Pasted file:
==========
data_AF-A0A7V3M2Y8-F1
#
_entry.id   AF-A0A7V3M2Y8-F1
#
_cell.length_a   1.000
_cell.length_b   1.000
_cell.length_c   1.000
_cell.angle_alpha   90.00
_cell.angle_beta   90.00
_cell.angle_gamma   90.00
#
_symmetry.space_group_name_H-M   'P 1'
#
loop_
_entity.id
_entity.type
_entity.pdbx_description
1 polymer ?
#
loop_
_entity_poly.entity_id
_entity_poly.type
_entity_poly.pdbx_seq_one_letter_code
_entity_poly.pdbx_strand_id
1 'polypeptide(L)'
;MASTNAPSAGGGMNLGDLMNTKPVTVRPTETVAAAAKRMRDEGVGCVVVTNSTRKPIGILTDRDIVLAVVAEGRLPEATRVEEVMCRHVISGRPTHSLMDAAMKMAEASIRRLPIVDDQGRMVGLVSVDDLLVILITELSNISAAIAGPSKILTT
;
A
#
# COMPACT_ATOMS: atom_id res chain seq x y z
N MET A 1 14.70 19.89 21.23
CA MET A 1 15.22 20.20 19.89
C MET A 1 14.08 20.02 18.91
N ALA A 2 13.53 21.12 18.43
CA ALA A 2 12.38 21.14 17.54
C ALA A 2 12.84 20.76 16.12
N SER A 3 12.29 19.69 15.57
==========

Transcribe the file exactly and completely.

data_AF-A0A7V3M2Y8-F1
#
_entry.id   AF-A0A7V3M2Y8-F1
#
_cell.length_a   1.000
_cell.length_b   1.000
_cell.length_c   1.000
_cell.angle_alpha   90.00
_cell.angle_beta   90.00
_cell.angle_gamma   90.00
#
_symmetry.space_group_name_H-M   'P 1'
#
loop_
_entity.id
_entity.type
_entity.pdbx_description
1 polymer ?
#
loop_
_entity_poly.entity_id
_entity_poly.type
_entity_poly.pdbx_seq_one_letter_code
_entity_poly.pdbx_strand_id
1 'polypeptide(L)'
;MASTNAPSAGGGMNLGDLMNTKPVTVRPTETVAAAAKRMRDEGVGCVVVTNSTRKPIGILTDRDIVLAVVAEGRLPEATRVEEVMCRHVISGRPTHSLMDAAMKMAEASIRRLPIVDDQGRMVGLVSVDDLLVILITELSNISAAIAGPSKILTT
;
A
#
# COMPACT_ATOMS: atom_id res chain seq x y z
N MET A 1 14.70 19.89 21.23
CA MET A 1 15.22 20.20 19.89
C MET A 1 14.08 20.02 18.91
N ALA A 2 13.53 21.12 18.43
CA ALA A 2 12.38 21.14 17.54
C ALA A 2 12.84 20.76 16.12
N SER A 3 12.29 19.69 15.57